Hailing from Scarborough, the 25-year-old competed in the finals of the competition last year.
Mr Phatak said he had been busy preparing to battle it out against 11 of Australia�s best young musicians to win a place in the grand final.
�There will be plenty of nerves when the time comes, but right now it�s all about the preparation, which is going well,� he said.
�It�s a difficult thing to work out how to pace yourself because there are three different rounds to prepare for.
�The first round is an hour-long recital, the second is chamber music and the third is playing a piece with the Tasmanian Symphony Orchestra.�
The three grand finalists will perform their nominated concerto with the Tasmanian Symphony Orchestra at Federation Concert Hall in Hobart, conducted by Johannes Fritzsch.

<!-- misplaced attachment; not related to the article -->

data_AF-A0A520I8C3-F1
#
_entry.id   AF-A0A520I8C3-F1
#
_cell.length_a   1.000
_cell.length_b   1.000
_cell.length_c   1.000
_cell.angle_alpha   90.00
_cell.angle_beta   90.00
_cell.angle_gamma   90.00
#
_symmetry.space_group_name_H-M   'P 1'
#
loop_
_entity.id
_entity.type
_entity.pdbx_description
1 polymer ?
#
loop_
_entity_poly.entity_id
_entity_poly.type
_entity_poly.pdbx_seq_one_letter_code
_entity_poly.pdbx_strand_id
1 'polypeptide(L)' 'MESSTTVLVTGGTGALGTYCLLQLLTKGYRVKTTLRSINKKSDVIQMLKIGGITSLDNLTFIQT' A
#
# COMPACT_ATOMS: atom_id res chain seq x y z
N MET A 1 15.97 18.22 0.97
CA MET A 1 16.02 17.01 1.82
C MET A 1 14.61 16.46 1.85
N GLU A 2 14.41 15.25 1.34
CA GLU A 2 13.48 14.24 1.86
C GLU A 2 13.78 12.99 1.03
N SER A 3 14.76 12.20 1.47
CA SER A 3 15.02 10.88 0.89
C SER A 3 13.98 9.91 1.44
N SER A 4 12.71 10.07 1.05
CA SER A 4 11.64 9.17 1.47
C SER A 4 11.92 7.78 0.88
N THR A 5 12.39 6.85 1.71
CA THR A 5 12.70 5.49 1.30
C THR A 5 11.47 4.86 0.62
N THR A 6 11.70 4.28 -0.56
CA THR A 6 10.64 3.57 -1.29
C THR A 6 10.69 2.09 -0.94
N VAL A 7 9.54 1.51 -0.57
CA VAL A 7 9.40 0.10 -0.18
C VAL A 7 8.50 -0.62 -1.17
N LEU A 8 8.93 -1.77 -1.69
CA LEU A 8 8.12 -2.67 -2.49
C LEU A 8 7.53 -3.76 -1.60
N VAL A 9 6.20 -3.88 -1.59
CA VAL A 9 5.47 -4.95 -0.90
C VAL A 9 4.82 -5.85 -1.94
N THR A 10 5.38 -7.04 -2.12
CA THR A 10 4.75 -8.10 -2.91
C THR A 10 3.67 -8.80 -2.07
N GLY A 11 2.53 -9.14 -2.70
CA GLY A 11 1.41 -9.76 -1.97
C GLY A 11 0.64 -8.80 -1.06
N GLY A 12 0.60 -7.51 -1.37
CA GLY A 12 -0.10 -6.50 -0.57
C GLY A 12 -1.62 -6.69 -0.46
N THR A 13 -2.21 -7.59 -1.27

The awards have launched many international music careers over 71 years, including Roger Woodward, Simon Tedeschi and Diana Doherty.
Mr Phatak has played the flute for 15 years and completed a Bachelor of Music at UWA before moving to Melbourne to study at the National Academy of Music.
He said there were many rewarding aspects of the competition.
�You learn so much about yourself in a high-pressure situation like that with hundreds of people watching you and listening live on radio across Australia,� he said.
�Another part of the program is media training and press photos and just learning about every aspect of being a young performer today.�
Symphony Australia chief executive Kate Lidbetter said the competition raised the profile of the musicians talented enough to make the finals.
�We have seen many talented Australian performers catapulted onto the world stage after winning this award,� Ms Lidbetter said.
�It�s so inspiring to experience this level of talent and proficiency in Australia�s young musicians.�
The finals will run from October 29 to November 7.